Marion Terrill: Yes, so there are other costs.

We do think about emissions, of course, I think we get seeing more and more recognition of exhaust pipe pollution which is harmful to human health as one of the costs of driving. You’ve talked about the demand for road construction and maintenance, which is also a big one. Some of the other factors are congestion is important, particularly in the larger metropolitan areas and regional areas. It doesn’t matter what sort of vehicle you’re in for accidents as with congestion. And also, I guess, just the dominance of public space is perhaps a bit underrated, but it is a significant factor about car dependence more generally. So, there are, there are a lot of costs to the community of driving, some of which are higher if you’re in a petrol or diesel vehicle, but not all.

So, the kinds of instruments that are better equipped to deal with those other costs are for congestion, you can’t really use this type of. mechanism to deal with congestion because congestion is time and place specific. So that’s really something for state governments to handle. When it comes to accidents, we typically do deal with that through a sort of compulsory third party insurance arrangements.

So again, because of the character of the risk. What I think electric vehicles will, are going to be very good for exhaust pipe pollution as well as, as well as emissions, but we don’t have a systematic way of dealing with the demand for road construction and maintenance. And so that, that sort of remains.

Out of scope of this, but because a per kilometre charge is not the worst way to contemplate spreading the cost of that around the community, because it falls on those who are doing the demand, creating the demand.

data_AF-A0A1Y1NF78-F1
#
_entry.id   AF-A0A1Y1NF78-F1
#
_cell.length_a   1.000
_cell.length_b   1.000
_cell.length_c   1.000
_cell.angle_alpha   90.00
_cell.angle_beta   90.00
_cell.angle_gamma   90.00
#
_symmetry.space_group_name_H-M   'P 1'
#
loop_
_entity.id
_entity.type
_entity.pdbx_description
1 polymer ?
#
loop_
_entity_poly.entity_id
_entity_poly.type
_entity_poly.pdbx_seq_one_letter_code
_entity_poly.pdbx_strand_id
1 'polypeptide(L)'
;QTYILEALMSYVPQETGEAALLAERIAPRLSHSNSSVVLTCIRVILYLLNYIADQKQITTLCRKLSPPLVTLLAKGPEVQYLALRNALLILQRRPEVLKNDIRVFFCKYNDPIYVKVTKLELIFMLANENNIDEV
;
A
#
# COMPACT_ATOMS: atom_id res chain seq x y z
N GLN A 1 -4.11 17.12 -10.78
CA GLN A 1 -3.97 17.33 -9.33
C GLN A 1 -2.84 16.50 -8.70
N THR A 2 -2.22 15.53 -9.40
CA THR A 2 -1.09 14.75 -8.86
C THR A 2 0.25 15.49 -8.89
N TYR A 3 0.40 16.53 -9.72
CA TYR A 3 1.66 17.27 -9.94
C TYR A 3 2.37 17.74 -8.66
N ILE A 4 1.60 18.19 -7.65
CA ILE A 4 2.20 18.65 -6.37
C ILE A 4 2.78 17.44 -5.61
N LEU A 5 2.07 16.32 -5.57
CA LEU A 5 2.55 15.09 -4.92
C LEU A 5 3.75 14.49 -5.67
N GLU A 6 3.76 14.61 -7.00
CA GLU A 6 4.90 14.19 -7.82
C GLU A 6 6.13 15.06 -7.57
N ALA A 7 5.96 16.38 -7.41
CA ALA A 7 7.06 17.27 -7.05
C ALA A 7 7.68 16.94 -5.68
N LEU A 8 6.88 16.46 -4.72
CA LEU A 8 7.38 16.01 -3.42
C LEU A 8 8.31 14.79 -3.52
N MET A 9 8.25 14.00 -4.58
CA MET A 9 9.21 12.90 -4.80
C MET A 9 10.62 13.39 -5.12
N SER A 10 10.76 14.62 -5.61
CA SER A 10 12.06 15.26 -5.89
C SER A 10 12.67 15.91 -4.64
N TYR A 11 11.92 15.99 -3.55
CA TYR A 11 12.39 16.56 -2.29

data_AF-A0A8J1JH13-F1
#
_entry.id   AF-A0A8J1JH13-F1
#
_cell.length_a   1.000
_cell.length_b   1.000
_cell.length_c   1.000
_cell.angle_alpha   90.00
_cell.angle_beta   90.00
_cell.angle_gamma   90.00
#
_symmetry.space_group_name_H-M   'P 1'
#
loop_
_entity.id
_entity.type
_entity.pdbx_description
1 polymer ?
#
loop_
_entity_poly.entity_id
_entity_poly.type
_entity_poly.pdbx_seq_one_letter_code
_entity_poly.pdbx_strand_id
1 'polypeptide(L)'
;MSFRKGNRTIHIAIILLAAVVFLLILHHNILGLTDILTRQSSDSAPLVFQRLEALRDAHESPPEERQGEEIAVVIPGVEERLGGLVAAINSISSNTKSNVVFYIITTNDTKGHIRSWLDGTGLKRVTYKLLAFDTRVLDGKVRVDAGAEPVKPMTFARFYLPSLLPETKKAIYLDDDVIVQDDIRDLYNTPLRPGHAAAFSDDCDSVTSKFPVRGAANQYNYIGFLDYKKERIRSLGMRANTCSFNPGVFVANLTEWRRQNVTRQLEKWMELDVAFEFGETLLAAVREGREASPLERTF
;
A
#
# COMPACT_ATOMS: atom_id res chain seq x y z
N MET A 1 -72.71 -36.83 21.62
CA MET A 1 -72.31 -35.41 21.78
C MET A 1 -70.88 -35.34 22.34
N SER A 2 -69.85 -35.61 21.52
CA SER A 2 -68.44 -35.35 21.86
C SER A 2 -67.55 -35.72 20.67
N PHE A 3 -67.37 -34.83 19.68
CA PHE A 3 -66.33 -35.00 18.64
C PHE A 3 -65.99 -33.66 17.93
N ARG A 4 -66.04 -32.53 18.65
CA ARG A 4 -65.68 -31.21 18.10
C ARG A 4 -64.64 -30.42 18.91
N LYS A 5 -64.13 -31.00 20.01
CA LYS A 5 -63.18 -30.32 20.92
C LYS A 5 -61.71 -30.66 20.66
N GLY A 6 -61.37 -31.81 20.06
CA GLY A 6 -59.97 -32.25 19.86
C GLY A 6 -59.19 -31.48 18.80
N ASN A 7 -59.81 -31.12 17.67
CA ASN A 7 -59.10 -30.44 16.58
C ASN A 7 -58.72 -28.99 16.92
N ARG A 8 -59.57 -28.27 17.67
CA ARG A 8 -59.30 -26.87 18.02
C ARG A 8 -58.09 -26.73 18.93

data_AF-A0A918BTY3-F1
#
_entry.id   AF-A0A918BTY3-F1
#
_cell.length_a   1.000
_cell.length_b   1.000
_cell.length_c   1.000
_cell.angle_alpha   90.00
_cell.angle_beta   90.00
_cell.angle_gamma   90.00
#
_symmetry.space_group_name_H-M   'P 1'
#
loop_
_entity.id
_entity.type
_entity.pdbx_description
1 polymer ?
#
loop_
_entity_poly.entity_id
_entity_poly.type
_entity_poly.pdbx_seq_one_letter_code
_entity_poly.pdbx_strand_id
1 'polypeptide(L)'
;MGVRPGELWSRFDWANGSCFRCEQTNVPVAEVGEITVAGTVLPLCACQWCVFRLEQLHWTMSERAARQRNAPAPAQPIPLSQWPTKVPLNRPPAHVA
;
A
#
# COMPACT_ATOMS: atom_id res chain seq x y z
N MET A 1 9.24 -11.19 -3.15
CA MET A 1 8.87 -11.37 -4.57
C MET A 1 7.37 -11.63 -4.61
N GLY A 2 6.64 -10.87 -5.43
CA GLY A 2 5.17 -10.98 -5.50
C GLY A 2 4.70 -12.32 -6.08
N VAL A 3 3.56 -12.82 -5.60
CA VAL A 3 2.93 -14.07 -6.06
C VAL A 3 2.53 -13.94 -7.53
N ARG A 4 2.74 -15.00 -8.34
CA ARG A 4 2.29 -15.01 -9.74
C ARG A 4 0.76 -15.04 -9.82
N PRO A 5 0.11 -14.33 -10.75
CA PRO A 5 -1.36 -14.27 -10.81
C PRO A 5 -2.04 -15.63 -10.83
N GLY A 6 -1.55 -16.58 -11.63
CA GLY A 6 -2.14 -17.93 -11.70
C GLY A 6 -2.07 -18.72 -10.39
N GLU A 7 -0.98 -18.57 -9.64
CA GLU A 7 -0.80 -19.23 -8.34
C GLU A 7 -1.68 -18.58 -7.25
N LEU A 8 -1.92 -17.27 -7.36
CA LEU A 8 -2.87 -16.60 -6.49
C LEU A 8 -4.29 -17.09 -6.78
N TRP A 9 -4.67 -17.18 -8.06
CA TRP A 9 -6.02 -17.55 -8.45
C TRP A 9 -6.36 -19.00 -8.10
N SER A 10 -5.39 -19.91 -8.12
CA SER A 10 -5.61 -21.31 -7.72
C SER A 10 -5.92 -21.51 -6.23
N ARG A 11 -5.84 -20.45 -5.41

Natasha Bradshaw: So we’re expecting a result on this case by the end of the year. Which side are you backing in?

Marion Terrill: Well, I’m not a lawyer, so I’m not making a comment on the legal arguments. I think what I would say is what’s at stake here is really in the end who gets to control this revenue. And because the Commonwealth is constitutionally unable to discriminate between states or parts of states, I suppose I think there’s a future for road user charging that does take account of different times and places

costs associated with different times and places. So fuel excise revenue is either going to wither gradually or it’s going to be killed off at some point. But I think whatever the outcome of the High Court challenge, the writings on the wall, that we are going to get more road user charging and hopefully smarter charges, which means more differentiated by time and place.

So I think. For that reason, I see a lot of merit in the state government being responsible for road user charging.

Natasha Bradshaw: Thanks for joining me, Marion, and thanks everyone for listening.

While you’re here…

Grattan Institute is an independent not-for-profit think tank. We don’t take money from political parties or vested interests. Yet we believe in free access to information. All our research is available online, so that more people can benefit from our work.

Which is why we rely on donations from readers like you, so that we can continue our nation-changing research without fear or favour. Your support enables Grattan to improve the lives of all Australians.

Donate now.

Danielle Wood – CEO